Kilauea lava lake re-emerges 12 September 2008Posted by admin in activity reports, Hawaii, Kilauea, United States, volcano culture.
Tags: Hawaii, Kilauea, United States, volcanic activity reports, volcano culture
Catching up with a story from last week, the USGS Hawaii Volcano Observatory announced on 5 September that a ‘sloshing’ lava lake had been observed within Halemaumau vent at Kilauea. Erik Klemetti has all the relevant information and links over at Eruptions; as he says, lava lakes are fairly rare and transitory phenomena, so this is an exciting and interesting development.
In some ways this is a return to form for Kilauea, which was celebrated in the nineteenth and early twentieth centuries for the spectacular lava lake which occupied Halemaumau crater until it vanished during the eruption of 1924. In an article of 1915 the geologist Sidney Powers of the Hawaii Volcano Observatory noted that within the crater:
… a molten lava lake is almost continuously active … The size of the inner crater and of the lake within varies with the phases of activity, but in 1915 the crater has been about 1,200 feet in diameter, and the lake within, at a depth of 365 feet or more, from 400 to 500 feet long, and 100 to 180 feet wide … The lava lake has a temperature of 1000° C. (1832° F.), and consequently a thin skin of frozen lava is maintained over the yellow-red liquid. The skin is broken by fountains which break to a height of from 10 to 40 feet; and by the currents which constantly provide a streaming of the lava and of the crusts; and by splashing caves at the margins of the lake.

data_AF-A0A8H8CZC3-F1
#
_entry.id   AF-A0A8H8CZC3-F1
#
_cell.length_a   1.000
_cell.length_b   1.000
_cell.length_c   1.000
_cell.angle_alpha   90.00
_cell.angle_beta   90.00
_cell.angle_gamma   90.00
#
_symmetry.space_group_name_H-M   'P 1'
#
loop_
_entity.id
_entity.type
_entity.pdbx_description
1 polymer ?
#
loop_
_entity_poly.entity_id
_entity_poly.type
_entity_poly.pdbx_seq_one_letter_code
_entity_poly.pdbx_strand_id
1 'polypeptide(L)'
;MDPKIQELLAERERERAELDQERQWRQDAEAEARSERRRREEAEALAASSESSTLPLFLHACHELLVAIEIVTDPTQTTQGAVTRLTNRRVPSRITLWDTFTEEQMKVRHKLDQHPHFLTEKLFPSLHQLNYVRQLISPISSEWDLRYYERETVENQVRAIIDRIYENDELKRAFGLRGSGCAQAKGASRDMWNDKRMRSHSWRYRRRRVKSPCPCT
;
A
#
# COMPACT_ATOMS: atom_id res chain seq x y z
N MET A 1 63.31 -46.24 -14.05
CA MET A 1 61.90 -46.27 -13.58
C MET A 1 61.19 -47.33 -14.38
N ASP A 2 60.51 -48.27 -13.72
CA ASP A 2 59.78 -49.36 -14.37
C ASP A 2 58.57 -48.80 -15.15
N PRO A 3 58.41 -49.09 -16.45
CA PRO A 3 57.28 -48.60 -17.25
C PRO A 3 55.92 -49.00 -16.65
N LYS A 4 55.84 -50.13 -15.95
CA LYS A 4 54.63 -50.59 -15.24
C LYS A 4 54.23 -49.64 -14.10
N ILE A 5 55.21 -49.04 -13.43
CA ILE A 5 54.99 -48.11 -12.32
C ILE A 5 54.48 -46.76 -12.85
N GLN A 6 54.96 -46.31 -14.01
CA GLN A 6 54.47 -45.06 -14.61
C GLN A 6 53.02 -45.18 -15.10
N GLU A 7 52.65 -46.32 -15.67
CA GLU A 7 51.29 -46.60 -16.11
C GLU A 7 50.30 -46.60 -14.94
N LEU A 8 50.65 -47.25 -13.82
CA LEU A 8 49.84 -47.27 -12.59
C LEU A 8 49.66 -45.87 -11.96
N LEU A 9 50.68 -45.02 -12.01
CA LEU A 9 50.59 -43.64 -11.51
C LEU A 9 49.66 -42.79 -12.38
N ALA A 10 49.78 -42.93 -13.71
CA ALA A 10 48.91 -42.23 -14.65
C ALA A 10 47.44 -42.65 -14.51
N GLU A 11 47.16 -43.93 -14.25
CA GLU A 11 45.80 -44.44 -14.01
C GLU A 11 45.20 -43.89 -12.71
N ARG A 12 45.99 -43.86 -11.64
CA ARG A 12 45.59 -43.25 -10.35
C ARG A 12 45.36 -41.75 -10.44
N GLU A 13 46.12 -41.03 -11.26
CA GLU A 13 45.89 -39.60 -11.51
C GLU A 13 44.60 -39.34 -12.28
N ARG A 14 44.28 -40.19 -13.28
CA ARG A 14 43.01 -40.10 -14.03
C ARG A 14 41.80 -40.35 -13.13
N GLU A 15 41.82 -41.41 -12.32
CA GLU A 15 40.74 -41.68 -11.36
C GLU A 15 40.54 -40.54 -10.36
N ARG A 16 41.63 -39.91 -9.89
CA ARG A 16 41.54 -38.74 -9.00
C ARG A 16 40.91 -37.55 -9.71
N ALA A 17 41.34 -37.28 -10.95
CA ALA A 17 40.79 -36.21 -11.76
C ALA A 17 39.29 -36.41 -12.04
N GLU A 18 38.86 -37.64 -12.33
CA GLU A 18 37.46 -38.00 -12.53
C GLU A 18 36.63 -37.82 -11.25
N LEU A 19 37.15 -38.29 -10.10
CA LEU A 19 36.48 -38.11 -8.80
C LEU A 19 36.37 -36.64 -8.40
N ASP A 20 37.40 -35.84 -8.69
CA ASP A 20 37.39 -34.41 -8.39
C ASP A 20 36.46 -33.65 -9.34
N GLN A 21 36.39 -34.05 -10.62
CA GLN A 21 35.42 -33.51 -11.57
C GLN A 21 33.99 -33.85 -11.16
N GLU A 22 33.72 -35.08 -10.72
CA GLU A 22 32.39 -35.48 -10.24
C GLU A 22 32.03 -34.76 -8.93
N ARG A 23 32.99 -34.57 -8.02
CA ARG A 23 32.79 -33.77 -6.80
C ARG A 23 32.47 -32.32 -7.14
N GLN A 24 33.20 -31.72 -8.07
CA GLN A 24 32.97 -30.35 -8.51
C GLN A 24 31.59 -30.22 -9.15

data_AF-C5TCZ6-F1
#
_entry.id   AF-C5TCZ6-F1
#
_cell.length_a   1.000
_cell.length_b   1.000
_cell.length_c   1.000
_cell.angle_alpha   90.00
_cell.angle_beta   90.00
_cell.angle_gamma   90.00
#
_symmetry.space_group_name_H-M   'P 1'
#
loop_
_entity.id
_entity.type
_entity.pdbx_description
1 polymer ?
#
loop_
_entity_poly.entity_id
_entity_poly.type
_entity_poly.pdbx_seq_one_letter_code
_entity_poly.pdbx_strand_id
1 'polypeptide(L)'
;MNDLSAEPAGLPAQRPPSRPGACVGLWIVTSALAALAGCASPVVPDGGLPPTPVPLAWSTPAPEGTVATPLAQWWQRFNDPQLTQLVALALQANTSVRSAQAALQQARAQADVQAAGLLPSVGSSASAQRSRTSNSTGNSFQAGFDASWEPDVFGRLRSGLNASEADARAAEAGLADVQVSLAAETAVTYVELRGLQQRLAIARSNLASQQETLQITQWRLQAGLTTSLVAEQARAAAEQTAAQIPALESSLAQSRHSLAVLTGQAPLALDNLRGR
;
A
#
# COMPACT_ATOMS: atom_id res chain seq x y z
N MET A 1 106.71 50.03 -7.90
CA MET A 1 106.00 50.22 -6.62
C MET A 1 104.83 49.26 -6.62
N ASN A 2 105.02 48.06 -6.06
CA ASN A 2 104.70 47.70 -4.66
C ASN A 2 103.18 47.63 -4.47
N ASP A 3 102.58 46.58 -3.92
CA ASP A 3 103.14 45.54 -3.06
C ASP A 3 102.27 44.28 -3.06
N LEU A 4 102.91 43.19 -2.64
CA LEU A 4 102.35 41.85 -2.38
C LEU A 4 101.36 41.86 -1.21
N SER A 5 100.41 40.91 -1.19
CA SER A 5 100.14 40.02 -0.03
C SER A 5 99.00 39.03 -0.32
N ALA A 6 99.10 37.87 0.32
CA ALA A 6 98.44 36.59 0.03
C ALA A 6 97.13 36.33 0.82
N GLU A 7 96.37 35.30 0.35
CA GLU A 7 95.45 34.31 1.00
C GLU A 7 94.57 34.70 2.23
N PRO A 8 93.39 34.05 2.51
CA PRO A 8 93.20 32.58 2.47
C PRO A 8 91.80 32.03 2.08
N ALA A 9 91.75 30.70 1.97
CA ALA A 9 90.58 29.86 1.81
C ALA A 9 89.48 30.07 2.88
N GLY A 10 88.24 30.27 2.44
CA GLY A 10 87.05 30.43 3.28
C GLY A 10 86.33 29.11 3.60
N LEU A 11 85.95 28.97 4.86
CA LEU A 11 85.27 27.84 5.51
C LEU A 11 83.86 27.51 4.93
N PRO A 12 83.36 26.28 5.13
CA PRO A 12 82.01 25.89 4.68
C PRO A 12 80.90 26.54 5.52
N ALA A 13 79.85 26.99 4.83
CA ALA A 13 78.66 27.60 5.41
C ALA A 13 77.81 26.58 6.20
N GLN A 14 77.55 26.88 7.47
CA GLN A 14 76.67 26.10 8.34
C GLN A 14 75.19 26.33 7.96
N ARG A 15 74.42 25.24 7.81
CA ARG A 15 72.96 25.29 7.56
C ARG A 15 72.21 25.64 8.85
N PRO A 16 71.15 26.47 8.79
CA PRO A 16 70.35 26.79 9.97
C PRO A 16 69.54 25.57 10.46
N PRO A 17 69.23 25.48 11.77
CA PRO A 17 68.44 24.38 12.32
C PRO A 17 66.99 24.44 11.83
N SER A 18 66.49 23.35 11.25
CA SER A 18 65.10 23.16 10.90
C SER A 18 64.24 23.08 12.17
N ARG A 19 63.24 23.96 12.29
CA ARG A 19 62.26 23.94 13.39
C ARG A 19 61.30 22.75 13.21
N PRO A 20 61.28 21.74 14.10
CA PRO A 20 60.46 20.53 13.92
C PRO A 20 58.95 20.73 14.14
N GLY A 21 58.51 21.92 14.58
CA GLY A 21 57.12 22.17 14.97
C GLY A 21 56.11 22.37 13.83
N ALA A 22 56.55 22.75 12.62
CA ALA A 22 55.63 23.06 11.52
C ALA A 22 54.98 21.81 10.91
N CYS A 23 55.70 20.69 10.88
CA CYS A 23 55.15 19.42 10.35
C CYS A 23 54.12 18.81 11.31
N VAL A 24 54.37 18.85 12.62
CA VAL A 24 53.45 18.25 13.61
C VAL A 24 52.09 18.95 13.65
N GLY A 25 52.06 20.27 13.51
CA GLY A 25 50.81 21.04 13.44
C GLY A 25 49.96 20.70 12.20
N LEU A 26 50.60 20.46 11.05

(Sidney Powers, ‘Hawaii’s great volcanoes and the study of them’, Bulletin of the American Geographical Society, vol. 47, no. 8 (1915), pp. 577-8.)
This dramatic and beautiful lava lake was a favourite subject of many artists (see below) and was celebrated in Tennyson’s 1892 poem ‘Kapiolani’:
Long as the lava-light
Glares from the lava-lake
Dazing the starlight,
Long as the silvery vapour in daylight
Over the mountain
Floats, will the glory of Kapiolani be mingled with either on Hawa-i-ee.
September 2008 sees the lava-light once more glaring from the lava-lake after an absence of more than eighty years. It will be interesting to see for how long it dazes the starlight this time.
Ernest William Christmas (1863-1918), ‘Kilauea Crater’ (c.1916) [public domain image: source].
For all our Kilauea coverage: Kilauea « The Volcanism Blog.
Global Volcanism Program: Kilauea – summary information for Kilauea (1302-01-)
USGS Hawaiian Volcano Observatory – main page for the HVO
HVO Kilauea Status Page – the latest activity reports for Kilauea